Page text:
This Week in the Classroom I’m going to explore a variety of design challenges that I use in my classroom. I designed each of these projects to prompt students to explore the engineering design process, learn basic scientific concepts, such as forces and loads on structures, learn executive functioning and soft skills, and develop presentation skills in a variety of media. These projects are designed to be super flexible in practice. I can extend these projects, compress the time, develop thematic elements. None of these projects use expensive materials or electronics. Some of these project briefs I use nearly every year, in nearly every course. They are simply that good.
Here’s a quick project to cut out on the scroll saw. Scroll saws are small, cheap, versatile tools that can cut through all sorts of thin materials, such as plastics, wood, plywood and cardboard. They have a very, very low … Continue reading Home #Makerspace: Paper Airplane Launcher
Last spring, I had the opportunity to teach one of my dream units: Light and Waves. We completed three projects during this time: camera obsuras, cajon drums and a pinhole camera. This 3D-printed pinhole camera combines three centuries worth of … Continue reading This Week in the Classroom: 3D Printed Pinhole Camera
Hans Christan Orsted’s discovery that electricity generates a magnetic field led to the development of electromagnets. Electromagnets are bundles of wires wrapped around a ferrous core. When electricity flows through the core, the iron magnetizes. When the electric flow ceases, … Continue reading This Week In the Classroom: How to Build Electromagnets!
This year was a big year in the STEaMworks (STEM focus, art driven, work/project centered: the STEaMworks), my self-styled Maker classroom. We (and the Math/Sci Team) built a lot of projects: rockets, rocket cars, derby cars, catapults, simple robots, box-making, bench-making, bridge-building, sail-testing, music making, spirographs, pendulums, 3D prototyping, CAD models, Arduino projects, Alice computer programming, Art Cars, shed construction, a digital STEM Fair and more. I’ve just typed that up and still can’t believe it! Nine months and so much sweat, math, science, art and tears. How did we (my co-workers and rock-solid team, my students and my very … Continue reading Making A Makerspace: Top 10 Tools in a Maker’s Classroom (2012)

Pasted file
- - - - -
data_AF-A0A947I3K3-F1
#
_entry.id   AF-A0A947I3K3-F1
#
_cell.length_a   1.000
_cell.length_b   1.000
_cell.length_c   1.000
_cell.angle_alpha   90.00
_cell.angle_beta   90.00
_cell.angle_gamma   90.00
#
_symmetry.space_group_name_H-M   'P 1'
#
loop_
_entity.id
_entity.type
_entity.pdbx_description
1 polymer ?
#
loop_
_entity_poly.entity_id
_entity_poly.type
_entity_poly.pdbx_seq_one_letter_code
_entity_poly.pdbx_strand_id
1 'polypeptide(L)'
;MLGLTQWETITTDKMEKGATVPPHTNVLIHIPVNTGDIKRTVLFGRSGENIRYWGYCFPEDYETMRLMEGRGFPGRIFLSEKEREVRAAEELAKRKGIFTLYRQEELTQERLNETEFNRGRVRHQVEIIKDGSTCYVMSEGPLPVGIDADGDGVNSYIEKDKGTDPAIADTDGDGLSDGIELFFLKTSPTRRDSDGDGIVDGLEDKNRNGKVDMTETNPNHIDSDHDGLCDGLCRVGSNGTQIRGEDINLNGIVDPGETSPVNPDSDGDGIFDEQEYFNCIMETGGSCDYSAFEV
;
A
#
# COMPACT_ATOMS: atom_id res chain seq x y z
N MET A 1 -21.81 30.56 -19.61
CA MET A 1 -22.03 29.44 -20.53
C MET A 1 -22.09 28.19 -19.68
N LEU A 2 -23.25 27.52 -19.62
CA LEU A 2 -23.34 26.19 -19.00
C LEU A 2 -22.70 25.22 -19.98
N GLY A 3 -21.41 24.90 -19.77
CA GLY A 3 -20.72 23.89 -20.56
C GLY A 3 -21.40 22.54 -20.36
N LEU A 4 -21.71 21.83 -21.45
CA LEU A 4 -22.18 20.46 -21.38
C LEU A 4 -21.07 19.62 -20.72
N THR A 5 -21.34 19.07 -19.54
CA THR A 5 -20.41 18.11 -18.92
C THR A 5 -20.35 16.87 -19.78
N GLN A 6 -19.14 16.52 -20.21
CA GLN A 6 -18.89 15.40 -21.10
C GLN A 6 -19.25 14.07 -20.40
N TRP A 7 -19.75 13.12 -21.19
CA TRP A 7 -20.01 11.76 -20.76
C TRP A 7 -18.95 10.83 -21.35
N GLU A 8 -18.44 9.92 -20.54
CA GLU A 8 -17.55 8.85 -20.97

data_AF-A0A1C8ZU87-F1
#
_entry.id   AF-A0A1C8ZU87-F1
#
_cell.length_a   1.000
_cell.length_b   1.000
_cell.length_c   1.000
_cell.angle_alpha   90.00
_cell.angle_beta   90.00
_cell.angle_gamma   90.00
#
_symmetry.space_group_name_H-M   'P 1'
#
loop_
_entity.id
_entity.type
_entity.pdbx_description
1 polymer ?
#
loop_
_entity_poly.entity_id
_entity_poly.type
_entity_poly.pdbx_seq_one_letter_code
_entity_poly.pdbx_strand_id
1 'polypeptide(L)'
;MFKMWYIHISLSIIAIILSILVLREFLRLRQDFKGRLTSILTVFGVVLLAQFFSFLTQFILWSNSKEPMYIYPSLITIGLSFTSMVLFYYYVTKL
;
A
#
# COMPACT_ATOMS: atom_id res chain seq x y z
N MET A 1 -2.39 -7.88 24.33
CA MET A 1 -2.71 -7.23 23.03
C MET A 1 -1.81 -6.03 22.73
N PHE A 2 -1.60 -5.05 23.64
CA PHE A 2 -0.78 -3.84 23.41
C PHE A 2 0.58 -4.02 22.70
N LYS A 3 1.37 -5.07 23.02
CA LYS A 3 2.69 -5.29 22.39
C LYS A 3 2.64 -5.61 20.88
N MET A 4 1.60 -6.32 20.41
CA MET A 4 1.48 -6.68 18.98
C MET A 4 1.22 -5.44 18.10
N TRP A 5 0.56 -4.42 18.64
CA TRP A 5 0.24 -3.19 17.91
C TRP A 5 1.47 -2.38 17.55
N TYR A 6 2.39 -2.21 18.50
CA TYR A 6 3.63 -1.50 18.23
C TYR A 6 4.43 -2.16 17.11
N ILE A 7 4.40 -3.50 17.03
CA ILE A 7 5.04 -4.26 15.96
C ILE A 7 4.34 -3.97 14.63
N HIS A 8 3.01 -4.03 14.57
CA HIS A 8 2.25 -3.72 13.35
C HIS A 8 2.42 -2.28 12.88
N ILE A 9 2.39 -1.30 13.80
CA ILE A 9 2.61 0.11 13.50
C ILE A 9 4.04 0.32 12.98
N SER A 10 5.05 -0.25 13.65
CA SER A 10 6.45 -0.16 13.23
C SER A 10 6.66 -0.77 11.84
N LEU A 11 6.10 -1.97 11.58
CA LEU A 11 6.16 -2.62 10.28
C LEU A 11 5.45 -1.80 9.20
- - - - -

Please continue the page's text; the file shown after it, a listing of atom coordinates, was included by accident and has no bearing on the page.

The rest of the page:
You’ve been to a science fair, right? Tri-fold boards, volcanoes and blue ribbons. This month, my colleagues and I shepherded the “STEM Fair” into existence. The STEM Fair is a showcase for any Science, Technology, Engineering or Math project our students produced over the course of a month. My school produced forty to fifty blog posts, hundreds of digital pictures, a dozen two minute videos, thirty presentations and about ten individual physical showcases. I have a room filled with Japanese art-chemistry, rocket cars, rockets of various propulsion methods, a small robot, a Lego-Branded robot, paper gliders, a seesaw and more. … Continue reading Technology in Education: The Digital STEM Fair
This is my favorite project from this month’s STEM Fair. A student of mine decided to build CO2 Rocket cars. I loved building one of these in middle school. I distinctly remember my simple teardrop design coming in last and remarking – well, that’s unfair. I didn’t know I could do THAT! – when I saw the winners thin, stretchy, leggy thing. I looked like a duck next to a greyhound. Last time, my teacher bought a kit. This time, I chose a simple design for this piece – a pine wedge cut from a 2×4, 1/4 inch dowels as … Continue reading STEM Project: The CO2 Rocket Car
I’m knee deep in the STEM Fair. Some examples of work from my two or three classes of students. make it safe & keep the rubber side down. Continue reading This Week in the Classroom: STEM Fair